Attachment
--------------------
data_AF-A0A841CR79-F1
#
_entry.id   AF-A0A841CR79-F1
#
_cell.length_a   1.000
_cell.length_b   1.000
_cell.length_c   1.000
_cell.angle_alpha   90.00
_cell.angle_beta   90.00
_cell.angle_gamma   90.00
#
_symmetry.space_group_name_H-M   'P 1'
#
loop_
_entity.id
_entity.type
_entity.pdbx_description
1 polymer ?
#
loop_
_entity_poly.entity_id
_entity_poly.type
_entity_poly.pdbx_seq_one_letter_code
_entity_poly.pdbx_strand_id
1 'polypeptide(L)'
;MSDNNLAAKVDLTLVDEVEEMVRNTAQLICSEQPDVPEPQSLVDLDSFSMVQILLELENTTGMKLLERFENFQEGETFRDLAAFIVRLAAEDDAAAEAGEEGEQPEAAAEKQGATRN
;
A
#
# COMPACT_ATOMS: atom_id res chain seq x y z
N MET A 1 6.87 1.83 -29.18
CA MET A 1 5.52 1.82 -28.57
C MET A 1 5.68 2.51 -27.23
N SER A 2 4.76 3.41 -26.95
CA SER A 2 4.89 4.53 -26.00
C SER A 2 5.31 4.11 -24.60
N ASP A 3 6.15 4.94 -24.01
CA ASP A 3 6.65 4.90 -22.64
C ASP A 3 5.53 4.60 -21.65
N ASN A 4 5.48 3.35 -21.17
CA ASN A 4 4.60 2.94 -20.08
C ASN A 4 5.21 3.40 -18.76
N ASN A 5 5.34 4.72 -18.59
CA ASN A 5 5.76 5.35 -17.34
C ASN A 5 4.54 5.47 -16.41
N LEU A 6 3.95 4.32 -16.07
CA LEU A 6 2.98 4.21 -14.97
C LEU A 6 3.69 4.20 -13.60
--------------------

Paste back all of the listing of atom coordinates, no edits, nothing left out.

data_AF-A0A841CR79-F1
#
_entry.id   AF-A0A841CR79-F1
#
_cell.length_a   1.000
_cell.length_b   1.000
_cell.length_c   1.000
_cell.angle_alpha   90.00
_cell.angle_beta   90.00
_cell.angle_gamma   90.00
#
_symmetry.space_group_name_H-M   'P 1'
#
loop_
_entity.id
_entity.type
_entity.pdbx_description
1 polymer ?
#
loop_
_entity_poly.entity_id
_entity_poly.type
_entity_poly.pdbx_seq_one_letter_code
_entity_poly.pdbx_strand_id
1 'polypeptide(L)'
;MSDNNLAAKVDLTLVDEVEEMVRNTAQLICSEQPDVPEPQSLVDLDSFSMVQILLELENTTGMKLLERFENFQEGETFRDLAAFIVRLAAEDDAAAEAGEEGEQPEAAAEKQGATRN
;
A
#
# COMPACT_ATOMS: atom_id res chain seq x y z
N MET A 1 6.87 1.83 -29.18
CA MET A 1 5.52 1.82 -28.57
C MET A 1 5.68 2.51 -27.23
N SER A 2 4.76 3.41 -26.95
CA SER A 2 4.89 4.53 -26.00
C SER A 2 5.31 4.11 -24.60
N ASP A 3 6.15 4.94 -24.01
CA ASP A 3 6.65 4.90 -22.64
C ASP A 3 5.53 4.60 -21.65
N ASN A 4 5.48 3.35 -21.17
CA ASN A 4 4.60 2.94 -20.08
C ASN A 4 5.21 3.40 -18.76
N ASN A 5 5.34 4.72 -18.59
CA ASN A 5 5.76 5.35 -17.34
C ASN A 5 4.54 5.47 -16.41
N LEU A 6 3.95 4.32 -16.07
CA LEU A 6 2.98 4.21 -14.97
C LEU A 6 3.69 4.20 -13.60